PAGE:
What a Crock

A recent gift of pottery leaves ASU's art museum wondering where to stack its wares

"Not so long ago, you could buy great work for less than $5,000," says Garth Clark. "Now it tends to cost over $10,000 and over $20,000 across the board. And when you get into the really special stuff, it can shoot way up." He recently sold a work by the late California ceramist Robert Arneson for $170,000, and another by Californian John Mason for $95,000.

Clark and others also point out that many museums around the nation are aggressively expanding and adding works to their ceramic collections, raising the competition for the best works.

The L.A. County Museum, Metropolitan Museum of Art, M.H. de Young Museum in San Francisco and the Mint Museum of Craft and Design all have received substantial gifts of ceramics collections.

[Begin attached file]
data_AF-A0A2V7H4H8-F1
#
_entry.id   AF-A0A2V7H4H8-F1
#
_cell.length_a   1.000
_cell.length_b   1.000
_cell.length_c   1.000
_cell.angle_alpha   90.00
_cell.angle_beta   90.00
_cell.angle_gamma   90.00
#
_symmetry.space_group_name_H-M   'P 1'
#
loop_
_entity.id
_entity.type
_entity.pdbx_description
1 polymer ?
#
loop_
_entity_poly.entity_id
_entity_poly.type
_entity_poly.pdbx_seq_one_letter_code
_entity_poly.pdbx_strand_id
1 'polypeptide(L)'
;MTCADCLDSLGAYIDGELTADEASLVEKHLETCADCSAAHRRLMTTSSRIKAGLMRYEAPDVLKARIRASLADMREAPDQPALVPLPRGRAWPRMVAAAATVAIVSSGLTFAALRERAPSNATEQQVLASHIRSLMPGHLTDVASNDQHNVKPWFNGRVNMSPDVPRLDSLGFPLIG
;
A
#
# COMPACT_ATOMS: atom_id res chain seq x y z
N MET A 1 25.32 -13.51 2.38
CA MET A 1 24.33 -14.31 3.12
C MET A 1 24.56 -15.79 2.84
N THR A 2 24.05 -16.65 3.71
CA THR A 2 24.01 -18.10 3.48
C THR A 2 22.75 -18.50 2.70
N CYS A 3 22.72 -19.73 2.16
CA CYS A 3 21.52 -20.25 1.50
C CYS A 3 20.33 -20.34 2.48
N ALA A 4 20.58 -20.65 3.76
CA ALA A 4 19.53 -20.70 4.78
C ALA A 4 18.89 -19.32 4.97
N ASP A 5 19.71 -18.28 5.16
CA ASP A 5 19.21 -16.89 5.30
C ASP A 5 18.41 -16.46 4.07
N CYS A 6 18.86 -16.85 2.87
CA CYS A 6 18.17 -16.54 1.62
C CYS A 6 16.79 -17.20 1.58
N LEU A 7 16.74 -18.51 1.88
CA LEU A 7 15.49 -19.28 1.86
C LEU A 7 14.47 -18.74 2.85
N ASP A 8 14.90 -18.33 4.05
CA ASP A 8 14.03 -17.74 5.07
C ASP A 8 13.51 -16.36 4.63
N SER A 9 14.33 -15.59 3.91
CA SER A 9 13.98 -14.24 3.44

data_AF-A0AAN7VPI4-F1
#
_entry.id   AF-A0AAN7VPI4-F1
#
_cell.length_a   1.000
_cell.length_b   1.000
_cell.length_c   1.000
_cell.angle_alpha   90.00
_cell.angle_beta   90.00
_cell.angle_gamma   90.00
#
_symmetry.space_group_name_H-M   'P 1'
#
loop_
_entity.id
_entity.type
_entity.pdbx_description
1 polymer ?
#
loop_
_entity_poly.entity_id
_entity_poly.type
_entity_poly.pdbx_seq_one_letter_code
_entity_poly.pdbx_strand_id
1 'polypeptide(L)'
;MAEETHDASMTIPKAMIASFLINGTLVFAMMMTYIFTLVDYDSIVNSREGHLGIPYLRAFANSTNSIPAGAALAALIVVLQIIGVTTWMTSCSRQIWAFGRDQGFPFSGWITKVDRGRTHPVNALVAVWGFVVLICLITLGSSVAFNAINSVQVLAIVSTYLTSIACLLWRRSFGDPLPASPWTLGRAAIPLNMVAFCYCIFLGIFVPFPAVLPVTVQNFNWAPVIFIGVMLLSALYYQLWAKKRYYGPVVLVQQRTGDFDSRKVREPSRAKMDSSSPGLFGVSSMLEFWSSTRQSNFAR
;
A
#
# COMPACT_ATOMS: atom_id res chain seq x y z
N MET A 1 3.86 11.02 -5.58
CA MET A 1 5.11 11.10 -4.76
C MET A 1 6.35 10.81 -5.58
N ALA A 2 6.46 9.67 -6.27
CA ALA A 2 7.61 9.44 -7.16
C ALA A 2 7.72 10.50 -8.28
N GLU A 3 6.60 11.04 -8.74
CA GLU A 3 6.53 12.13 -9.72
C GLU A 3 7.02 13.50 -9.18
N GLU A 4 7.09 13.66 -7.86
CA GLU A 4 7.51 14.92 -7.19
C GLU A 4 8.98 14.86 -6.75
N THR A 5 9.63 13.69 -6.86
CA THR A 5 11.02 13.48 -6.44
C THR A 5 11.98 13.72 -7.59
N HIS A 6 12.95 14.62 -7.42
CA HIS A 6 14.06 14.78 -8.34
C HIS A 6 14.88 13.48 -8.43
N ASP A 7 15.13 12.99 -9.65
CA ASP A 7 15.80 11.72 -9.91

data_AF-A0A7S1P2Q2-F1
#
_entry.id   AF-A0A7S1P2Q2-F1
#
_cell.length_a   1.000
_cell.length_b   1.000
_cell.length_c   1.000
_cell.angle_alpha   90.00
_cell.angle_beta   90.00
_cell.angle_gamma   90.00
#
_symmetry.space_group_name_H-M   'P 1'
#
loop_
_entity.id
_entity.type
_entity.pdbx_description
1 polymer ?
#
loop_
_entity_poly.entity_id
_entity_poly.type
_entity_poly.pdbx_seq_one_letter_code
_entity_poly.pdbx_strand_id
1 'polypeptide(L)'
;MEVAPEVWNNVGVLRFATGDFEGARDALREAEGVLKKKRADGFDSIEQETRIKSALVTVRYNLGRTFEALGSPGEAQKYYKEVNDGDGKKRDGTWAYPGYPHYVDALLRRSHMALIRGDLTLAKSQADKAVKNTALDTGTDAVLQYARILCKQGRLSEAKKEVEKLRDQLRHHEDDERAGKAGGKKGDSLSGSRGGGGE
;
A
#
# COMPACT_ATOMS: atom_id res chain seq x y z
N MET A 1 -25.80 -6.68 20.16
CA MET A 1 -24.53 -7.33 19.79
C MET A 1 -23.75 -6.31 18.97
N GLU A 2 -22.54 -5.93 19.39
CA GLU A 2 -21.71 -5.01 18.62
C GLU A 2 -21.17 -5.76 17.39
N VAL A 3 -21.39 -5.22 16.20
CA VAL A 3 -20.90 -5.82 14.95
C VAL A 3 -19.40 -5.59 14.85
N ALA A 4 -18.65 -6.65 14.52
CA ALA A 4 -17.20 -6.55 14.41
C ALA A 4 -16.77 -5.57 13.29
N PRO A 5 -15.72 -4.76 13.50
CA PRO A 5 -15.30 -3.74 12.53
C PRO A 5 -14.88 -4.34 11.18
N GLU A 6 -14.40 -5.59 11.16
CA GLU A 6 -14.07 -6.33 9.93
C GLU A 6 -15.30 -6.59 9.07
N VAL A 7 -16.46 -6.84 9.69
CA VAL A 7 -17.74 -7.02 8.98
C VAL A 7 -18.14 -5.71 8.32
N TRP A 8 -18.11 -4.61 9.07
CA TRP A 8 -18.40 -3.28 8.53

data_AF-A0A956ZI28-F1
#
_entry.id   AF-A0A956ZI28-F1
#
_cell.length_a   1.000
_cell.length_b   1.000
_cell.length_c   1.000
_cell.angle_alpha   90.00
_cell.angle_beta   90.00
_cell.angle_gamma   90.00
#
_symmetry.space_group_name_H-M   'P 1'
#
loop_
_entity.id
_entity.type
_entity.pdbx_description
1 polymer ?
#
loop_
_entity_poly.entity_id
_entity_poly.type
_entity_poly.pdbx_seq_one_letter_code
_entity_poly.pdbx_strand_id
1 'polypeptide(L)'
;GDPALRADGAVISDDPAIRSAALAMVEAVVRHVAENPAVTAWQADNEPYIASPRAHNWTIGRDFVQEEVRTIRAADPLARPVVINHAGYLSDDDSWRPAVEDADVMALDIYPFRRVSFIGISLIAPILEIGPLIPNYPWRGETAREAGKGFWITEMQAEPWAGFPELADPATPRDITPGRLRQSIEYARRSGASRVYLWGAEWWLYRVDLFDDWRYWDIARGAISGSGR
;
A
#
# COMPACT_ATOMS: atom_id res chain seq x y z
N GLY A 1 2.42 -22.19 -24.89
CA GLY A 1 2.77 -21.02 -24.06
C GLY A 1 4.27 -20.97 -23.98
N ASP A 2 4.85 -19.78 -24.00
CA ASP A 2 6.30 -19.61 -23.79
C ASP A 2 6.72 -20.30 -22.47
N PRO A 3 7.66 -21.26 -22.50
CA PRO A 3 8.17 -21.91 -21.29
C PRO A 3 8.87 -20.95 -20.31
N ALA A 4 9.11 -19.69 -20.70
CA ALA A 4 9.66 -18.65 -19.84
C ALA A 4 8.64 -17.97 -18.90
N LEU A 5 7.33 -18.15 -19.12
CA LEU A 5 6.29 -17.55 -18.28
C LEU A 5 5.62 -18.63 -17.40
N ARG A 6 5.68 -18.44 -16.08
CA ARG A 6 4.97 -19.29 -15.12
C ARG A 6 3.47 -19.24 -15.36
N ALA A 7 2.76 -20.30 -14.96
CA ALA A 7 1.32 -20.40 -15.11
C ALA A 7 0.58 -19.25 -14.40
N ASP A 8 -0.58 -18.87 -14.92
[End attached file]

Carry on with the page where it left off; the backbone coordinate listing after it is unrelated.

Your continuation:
Other museums dedicated to ceramics and crafts will be going up at the New York State College of Ceramics at Alfred, and in Biloxi, Mississippi.

Craft experts agree that this mini-boom reflects the maturation both in the producers and collectors of the studio crafts that have thrived in the past 50 years.

The Davis gift is one small trickle from that.
Elsewhere in the nation, says Mark Leach, "There are so many collectors who have reached that point in their careers where they're beginning to consider what to do with their works. What that means is that we're on the cusp of a new period of philanthropy in studio crafts and other areas. And museums that plan for it will be in a position in the coming years to develop some extraordinary collections."

Contact Edward Lebow at his online address: elebow @newtimes.com

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